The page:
Whether it is a hot summer day or the holiday season, ice cream and gelato are well-loved frozen desserts enjoyed by people of any age (although some consider gelato to be the "grown-up" version of ice cream). The two look and taste similar, but are they actually the same? Taking into account gelato is the Italian word for ice cream, you would think so, but there are actually a few differences between the two.
From the ratio of milk to cream, to how the mixture is churned, to the flavors and textures, there are specific distinctions between ice cream and gelato.
Two of the main ingredients in both ice cream and gelato are milk and cream, but it is the amount of each that results in differing desserts. As the name implies, "ice cream" contains more cream than milk, whereas gelato is made with a greater proportion of whole milk to cream. Another ingredient that distinguishes the two is eggs; ice cream includes egg yolks while gelato is (most often) completely void of eggs.
These differing measurements and ingredients affect the amount of fat in each dessert, as well as the mouthfeel (the texture of the food in your mouth as you eat it). Legally, ice cream has to have a minimum of 10 percent fat; gelato contains only 5 to 7 percent fat.
It is not just the ingredients that separate the two, it is also the way that each is made. Ice cream and gelato must be churned to create that creamy, scoopable goodness, but it is the speed at which they are churned—and the resulting amount of air incorporated—that is different. Gelato is churned at a slower speed than ice cream, which creates a denser consistency since less air is whipped into the mixture. Gelato contains about 25 to 30 percent air, while ice cream can contain as much as 50 percent air.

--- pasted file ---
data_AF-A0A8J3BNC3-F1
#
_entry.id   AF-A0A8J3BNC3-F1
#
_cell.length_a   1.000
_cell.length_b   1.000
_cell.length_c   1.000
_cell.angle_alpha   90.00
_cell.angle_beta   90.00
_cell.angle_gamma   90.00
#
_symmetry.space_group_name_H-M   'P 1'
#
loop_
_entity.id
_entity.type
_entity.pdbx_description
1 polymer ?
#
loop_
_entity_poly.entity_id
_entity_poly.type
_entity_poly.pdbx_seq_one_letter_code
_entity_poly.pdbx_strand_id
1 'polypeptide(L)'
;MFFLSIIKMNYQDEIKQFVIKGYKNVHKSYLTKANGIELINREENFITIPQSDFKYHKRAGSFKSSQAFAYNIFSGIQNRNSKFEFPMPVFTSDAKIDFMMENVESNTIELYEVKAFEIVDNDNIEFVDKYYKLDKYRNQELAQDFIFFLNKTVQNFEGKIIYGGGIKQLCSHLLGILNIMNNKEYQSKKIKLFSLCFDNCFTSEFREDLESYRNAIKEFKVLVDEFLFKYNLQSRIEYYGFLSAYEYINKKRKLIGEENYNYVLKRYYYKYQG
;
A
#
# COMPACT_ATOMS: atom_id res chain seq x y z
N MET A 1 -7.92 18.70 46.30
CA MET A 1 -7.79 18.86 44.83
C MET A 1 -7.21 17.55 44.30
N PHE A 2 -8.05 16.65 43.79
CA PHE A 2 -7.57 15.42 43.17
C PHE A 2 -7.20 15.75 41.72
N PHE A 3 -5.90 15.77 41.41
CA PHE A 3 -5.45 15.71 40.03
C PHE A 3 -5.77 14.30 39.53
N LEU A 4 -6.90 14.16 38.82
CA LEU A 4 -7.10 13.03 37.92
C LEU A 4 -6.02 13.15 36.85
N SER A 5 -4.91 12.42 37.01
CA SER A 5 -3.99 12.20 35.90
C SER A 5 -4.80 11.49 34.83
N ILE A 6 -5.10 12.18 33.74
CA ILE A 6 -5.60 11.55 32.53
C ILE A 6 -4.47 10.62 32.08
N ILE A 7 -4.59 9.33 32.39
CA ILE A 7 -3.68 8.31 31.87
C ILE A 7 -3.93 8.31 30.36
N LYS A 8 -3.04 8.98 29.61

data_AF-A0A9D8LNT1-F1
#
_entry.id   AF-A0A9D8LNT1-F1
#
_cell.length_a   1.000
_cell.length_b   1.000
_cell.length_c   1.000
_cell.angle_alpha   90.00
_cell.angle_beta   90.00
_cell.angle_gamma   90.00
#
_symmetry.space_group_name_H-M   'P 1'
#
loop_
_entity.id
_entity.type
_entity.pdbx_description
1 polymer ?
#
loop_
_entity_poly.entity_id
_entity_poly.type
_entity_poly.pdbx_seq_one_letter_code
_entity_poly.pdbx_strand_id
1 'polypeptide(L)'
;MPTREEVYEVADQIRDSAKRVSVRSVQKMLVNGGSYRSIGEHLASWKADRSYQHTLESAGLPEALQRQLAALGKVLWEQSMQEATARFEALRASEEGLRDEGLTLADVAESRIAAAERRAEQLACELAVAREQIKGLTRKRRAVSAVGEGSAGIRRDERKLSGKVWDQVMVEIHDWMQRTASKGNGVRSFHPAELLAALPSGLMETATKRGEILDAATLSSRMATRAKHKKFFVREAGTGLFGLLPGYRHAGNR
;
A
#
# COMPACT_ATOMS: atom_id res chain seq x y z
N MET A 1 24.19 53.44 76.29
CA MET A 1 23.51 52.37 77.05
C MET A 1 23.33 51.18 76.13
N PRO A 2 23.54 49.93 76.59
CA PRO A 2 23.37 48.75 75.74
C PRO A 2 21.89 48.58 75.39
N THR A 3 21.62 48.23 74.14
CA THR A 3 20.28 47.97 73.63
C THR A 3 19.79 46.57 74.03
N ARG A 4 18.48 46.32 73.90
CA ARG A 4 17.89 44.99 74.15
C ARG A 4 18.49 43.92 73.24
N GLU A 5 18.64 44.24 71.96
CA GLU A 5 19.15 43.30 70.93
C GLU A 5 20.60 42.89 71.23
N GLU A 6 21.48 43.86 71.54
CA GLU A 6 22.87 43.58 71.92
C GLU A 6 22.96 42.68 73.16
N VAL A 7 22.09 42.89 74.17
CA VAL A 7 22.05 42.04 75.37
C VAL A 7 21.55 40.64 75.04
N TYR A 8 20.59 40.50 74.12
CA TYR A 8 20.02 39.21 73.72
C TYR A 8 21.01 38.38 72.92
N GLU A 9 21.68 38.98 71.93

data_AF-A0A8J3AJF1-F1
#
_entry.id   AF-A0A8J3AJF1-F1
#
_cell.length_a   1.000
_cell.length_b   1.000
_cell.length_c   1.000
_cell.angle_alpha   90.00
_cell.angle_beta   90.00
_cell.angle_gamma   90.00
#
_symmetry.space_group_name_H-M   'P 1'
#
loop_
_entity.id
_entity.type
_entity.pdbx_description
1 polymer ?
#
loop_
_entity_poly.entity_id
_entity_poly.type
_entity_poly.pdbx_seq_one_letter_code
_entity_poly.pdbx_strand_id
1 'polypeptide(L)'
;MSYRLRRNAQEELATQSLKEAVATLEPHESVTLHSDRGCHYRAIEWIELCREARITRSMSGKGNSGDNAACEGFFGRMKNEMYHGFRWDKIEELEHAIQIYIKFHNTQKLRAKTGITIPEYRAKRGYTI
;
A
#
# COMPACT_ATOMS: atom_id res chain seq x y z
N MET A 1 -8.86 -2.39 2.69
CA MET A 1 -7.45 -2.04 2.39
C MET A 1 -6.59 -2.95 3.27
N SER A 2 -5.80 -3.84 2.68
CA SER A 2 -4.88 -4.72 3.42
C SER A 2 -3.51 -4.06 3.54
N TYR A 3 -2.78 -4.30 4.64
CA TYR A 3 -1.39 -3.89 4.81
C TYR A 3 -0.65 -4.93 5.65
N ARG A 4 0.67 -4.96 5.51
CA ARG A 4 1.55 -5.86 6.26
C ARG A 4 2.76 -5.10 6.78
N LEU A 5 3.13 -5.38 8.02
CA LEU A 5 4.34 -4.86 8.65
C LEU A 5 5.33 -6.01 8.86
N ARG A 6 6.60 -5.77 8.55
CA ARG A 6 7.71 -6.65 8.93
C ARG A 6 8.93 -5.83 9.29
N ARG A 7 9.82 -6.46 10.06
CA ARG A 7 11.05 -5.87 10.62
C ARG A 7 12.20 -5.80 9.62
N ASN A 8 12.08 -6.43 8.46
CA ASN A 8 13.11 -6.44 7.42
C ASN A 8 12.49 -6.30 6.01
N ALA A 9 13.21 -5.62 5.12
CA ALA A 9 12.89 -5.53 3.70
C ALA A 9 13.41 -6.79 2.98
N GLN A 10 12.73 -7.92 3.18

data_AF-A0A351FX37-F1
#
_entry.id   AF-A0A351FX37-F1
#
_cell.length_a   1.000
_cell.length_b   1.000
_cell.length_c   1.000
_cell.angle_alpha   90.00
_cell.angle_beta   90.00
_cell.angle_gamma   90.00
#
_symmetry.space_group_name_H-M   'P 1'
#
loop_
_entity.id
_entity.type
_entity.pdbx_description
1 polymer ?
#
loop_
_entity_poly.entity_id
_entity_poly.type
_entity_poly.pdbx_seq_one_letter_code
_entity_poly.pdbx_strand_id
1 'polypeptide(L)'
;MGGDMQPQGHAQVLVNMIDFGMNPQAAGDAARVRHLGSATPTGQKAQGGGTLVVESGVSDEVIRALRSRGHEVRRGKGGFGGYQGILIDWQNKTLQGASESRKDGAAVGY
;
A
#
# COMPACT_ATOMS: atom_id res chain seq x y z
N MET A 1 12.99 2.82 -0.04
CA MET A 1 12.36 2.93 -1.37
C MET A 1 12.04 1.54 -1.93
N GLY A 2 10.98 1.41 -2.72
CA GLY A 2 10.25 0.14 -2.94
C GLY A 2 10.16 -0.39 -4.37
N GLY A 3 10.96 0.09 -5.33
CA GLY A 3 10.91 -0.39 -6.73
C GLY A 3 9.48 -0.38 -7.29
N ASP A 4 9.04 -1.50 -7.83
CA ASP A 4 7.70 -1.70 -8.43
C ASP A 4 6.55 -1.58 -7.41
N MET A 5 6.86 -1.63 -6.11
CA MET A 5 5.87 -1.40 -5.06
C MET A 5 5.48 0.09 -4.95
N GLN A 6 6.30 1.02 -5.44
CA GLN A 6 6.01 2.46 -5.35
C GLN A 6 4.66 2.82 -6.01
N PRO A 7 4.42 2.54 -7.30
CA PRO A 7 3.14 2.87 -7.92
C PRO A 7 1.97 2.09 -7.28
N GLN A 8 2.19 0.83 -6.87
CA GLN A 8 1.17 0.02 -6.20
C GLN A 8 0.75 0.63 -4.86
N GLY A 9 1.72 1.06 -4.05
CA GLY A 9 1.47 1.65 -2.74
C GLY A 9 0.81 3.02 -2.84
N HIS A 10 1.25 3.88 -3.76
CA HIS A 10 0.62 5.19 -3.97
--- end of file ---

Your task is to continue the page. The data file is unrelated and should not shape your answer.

Once the ice cream and gelato are made, they are stored at certain temperatures to maintain the right consistency. Ice cream is typically served frozen, around 0 F, whereas gelato is typically stored and served at a slightly warmer temperature, around 15 F. This means gelato is not quite completely frozen, making the texture softer and silkier than ice cream.
The Flavor and Texture
Stop into any ice cream parlor or peak inside the case at the supermarket, and you will witness the expansive array of flavors, from traditional vanilla and coffee ice creams to somewhat unusual flavors such as sweet basil and sweet potato. But when it comes to gelato, the flavor profile is much more narrow. There are a few classics you'll find in gelato form—vanilla, chocolate, hazelnut, and stracciatella (vanilla with crunchy chocolate pieces), as well as pistachio, tiramisu, and a variety of fruit flavors—but not necessarily the type of combinations you see in the ice cream aisle.
The differences in both treats' compositions and the way they are stored affect the way they taste and feel in your mouth. Fat coats the tongue, creating a layer between the taste buds and the food you are eating, and colder food numbs the tongue a bit, making it more difficult to actually taste the food. Since gelato has less fat and is warmer than ice cream, the flavors come through more and are more intense. These factors also make for a smoother consistency whereas ice cream has more of a fine crystal texture.
“CFR - Code of Federal Regulations Title 21.” Accessdata.fda.gov, www.accessdata.fda.gov/scripts/cdrh/cfdocs/cfcfr/cfrsearch.cfm?fr=135.110.